I’ve covered many books on game writing here over the years, and I’ve collected and linked a lot of online resources on narrative design and on the history of IF design in particular.
This time, I’m recommending some blogs by other people who post about game writing or narrative design. Originally this post was going to be about blogs and podcasts, but there were enough of both that I have broken it out, and the podcasts section will appear later.
I’ve also intentionally not clustered these blogs by topics, since a lot of bloggers write about different things on the same blog. So instead I’ve mentioned some key posts, if there’s something on the site I consider especially characteristic of that person.
Whitney “Strix” Beltran designed the narrative RPG Bluebeard’s Bride, which is amazing, and has also worked on a number of video game and other projects. Her website links a couple of different YouTube show series where she takes on several narrative or narrative-adjacent topics.
Andrew Plotkin is a veteran of the IF space, and his reviews are very much based in narrative design questions. He’s served on the IGF narrative judging panel for a number of years, so a good place to start is with his reviews of IGF narrative nominees.
Kaitlin Tremblay‘s blog is partly announcements and news, but also includes some content from talks given, such as this piece on using game-making to tell stories about healing. She is especially interested in themes around mental health.
Jon Ingold posts in multiple places, but many of his recent posts are to be found on his Gamasutra blog. He’s often writing about discoveries from past or current projects. This post on ideas and dynamic dialogue in Heaven’s Vault is a great example.
Kim Belair has several articles at GameIndustryBiz that touch on narrative design topics. Here’s one about the difference it makes to the stories we can tell if we back off from requiring huge, life-or-death stakes in games.
Toiya Kristen Finley. Finley’s blog contains relatively infrequent but useful posts, often with passages excerpted from things she’s written for books. Particularly recommended: her four-post series on subverting player expectations.
Greg Buchanan‘s website contains quite a lot of advice on how to break into narrative design and game writing. He also tweets on related topics fairly often.
Jill Murray’s website is not exactly a blog, but she does link to several podcasts, articles, and interviews that feature her.
Hugo Sahuquet writes about what the job of a AAA narrative designer actually entails, as opposed to a writer.
Danny Salfield Wadeson. Some advice for people starting in the field, and some blog posts that dive into particular challenges.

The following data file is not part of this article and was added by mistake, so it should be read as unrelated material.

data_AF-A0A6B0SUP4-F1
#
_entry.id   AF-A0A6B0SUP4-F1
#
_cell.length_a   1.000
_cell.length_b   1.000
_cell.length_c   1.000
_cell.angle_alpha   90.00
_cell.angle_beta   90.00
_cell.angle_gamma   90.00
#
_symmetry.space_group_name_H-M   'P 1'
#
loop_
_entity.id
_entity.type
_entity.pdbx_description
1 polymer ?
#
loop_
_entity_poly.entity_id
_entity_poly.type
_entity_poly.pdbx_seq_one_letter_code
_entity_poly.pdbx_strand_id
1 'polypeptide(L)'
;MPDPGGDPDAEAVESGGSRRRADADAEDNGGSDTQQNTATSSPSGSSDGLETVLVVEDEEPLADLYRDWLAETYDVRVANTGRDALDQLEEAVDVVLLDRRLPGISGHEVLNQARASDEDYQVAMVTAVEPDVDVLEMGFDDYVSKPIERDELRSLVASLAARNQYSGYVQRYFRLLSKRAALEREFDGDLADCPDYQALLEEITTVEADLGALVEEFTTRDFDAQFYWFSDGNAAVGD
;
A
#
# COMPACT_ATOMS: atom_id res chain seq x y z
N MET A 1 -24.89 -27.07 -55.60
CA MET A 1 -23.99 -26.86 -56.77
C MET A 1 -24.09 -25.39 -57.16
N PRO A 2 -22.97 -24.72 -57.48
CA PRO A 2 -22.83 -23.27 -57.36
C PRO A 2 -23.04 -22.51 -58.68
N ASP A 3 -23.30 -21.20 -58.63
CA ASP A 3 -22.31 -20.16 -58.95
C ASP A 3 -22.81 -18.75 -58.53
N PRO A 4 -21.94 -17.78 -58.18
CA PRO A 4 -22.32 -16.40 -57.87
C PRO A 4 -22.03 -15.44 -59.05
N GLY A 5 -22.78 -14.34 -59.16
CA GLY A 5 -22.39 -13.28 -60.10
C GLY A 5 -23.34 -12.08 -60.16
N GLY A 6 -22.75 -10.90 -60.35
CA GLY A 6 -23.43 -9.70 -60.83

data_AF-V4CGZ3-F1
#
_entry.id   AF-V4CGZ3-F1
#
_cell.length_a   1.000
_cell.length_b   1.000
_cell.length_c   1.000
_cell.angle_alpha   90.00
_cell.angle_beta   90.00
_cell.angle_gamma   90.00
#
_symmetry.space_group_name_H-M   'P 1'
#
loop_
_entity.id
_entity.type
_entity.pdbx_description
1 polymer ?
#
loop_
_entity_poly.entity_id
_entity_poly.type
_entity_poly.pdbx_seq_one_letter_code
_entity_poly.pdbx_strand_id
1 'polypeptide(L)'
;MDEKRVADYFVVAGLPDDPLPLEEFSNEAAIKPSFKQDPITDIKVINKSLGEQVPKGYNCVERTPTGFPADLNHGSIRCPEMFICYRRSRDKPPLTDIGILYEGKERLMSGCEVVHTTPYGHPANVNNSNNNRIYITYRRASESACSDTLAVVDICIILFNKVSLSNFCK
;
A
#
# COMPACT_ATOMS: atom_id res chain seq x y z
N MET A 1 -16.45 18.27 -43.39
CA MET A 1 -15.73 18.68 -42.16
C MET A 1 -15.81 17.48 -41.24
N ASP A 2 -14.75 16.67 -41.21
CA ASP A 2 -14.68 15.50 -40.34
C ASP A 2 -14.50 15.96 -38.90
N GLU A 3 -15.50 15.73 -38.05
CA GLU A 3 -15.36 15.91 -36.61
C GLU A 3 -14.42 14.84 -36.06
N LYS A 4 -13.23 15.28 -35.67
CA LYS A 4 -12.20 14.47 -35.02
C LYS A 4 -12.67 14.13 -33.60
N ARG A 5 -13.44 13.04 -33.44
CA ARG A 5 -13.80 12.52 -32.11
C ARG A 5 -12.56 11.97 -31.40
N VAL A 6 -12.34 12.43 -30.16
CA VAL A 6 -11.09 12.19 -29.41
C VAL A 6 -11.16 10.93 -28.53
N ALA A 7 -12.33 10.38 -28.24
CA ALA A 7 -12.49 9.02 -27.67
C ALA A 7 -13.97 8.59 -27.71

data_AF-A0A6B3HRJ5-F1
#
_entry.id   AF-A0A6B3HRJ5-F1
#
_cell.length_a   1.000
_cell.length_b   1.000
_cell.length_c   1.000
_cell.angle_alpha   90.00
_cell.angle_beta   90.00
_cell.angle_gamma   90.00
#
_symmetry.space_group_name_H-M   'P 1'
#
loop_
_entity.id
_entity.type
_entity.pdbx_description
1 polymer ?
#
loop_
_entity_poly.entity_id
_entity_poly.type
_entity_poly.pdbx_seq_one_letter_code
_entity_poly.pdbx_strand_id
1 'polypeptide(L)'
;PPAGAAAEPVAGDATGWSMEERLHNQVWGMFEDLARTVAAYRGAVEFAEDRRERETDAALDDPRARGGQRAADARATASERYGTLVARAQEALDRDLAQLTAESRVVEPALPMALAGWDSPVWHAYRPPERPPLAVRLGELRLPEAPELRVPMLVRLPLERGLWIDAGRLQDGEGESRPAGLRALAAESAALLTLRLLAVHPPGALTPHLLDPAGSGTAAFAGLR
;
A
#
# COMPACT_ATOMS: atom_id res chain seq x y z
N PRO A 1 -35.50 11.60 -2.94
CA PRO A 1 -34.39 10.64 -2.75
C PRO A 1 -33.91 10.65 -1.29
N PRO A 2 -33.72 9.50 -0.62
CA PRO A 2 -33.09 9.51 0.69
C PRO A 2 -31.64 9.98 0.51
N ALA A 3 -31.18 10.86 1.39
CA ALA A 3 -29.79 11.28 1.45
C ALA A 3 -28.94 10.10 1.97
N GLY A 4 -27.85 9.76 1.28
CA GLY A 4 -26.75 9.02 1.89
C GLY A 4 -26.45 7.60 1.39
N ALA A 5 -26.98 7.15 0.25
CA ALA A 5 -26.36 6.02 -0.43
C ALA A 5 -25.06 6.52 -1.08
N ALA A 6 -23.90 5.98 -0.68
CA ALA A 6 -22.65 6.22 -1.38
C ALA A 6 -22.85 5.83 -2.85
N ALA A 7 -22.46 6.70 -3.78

Michelle Clough is a game writer and narrative designer with a particular interest in romance and sexuality in games. Her blog features a series of posts on male sexualization in particular, so quite specifically focused, but with a lot of depth and supporting information.
Queerly Represent Me is a multi-contributor site that offers resources, game designer interviews, and consulting about queer representation in games. While not all of that is narrative-specific, these concerns are most likely to arise in games with story.
Sam Kabo Ashwell writes about interactive fiction, choose your own adventure works, and narrative design in other games, reviewing in depth. The post of his that I link most often is the classic piece Standard Patterns in Choice-Based Games, but he also has an entire series analyzing the structure of specific games. I also read with interest his critiques of game blurbs and what they communicate. Designers working for companies with a whole marketing department may not have to worry about this so much, but it’s a skill worth acquiring for people with a solo game practice, even if you’re not selling anything.
Sande Chen and Anne Toole wrote for several years ending in 2010 at Writers Cabal Blog. The content is still there, with short takes on a number of topics. Some of these are about the state of the industry, and decreasingly meaningful as time passes, but they also talk about design choices in games that can throw off the experience in their series on the seven deadly sins in game design.
Bruno Dias writes for Sub-Q Magazine an ongoing column of topics in interactive fiction design, and many of these would apply as well to other types of narrative design.
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